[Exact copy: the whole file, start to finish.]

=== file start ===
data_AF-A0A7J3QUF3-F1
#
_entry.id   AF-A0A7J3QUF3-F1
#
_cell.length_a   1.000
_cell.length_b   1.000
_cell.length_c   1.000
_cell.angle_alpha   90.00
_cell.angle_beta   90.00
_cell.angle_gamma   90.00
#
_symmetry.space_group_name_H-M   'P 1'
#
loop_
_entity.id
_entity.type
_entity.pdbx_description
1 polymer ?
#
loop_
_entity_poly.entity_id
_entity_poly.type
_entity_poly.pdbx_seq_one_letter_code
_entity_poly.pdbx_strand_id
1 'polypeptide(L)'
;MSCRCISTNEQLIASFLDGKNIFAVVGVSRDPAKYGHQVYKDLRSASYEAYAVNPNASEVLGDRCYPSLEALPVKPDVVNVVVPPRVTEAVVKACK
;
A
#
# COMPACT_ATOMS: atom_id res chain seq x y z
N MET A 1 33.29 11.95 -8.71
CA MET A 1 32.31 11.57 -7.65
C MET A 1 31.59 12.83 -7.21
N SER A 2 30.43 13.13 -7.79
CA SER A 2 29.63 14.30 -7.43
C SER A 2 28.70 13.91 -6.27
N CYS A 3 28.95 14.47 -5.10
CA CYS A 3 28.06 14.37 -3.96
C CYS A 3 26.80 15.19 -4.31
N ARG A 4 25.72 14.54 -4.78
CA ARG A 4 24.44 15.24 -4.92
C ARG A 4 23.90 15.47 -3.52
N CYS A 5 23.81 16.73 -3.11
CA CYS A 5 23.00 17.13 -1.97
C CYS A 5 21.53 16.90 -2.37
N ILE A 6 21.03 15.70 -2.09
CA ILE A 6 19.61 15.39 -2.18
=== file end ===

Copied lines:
data_AF-A0A7J3QUF3-F1
#
_entry.id   AF-A0A7J3QUF3-F1
#
_cell.length_a   1.000
_cell.length_b   1.000
_cell.length_c   1.000
_cell.angle_alpha   90.00
_cell.angle_beta   90.00
_cell.angle_gamma   90.00
#
_symmetry.space_group_name_H-M   'P 1'
#
loop_
_entity.id
_entity.type
_entity.pdbx_description
1 polymer ?
#
loop_
_entity_poly.entity_id
_entity_poly.type
_entity_poly.pdbx_seq_one_letter_code
_entity_poly.pdbx_strand_id
1 'polypeptide(L)'
;MSCRCISTNEQLIASFLDGKNIFAVVGVSRDPAKYGHQVYKDLRSASYEAYAVNPNASEVLGDRCYPSLEALPVKPDVVNVVVPPRVTEAVVKACK
;
A
#
# COMPACT_ATOMS: atom_id res chain seq x y z
N MET A 1 33.29 11.95 -8.71
CA MET A 1 32.31 11.57 -7.65
C MET A 1 31.59 12.83 -7.21
N SER A 2 30.43 13.13 -7.79
CA SER A 2 29.63 14.30 -7.43
C SER A 2 28.70 13.91 -6.27
N CYS A 3 28.95 14.47 -5.10
CA CYS A 3 28.06 14.37 -3.96
C CYS A 3 26.80 15.19 -4.31
N ARG A 4 25.72 14.54 -4.78
CA ARG A 4 24.44 15.24 -4.92
C ARG A 4 23.90 15.47 -3.52
N CYS A 5 23.81 16.73 -3.11
CA CYS A 5 23.00 17.13 -1.97
C CYS A 5 21.53 16.90 -2.37
N ILE A 6 21.03 15.70 -2.09
CA ILE A 6 19.61 15.39 -2.18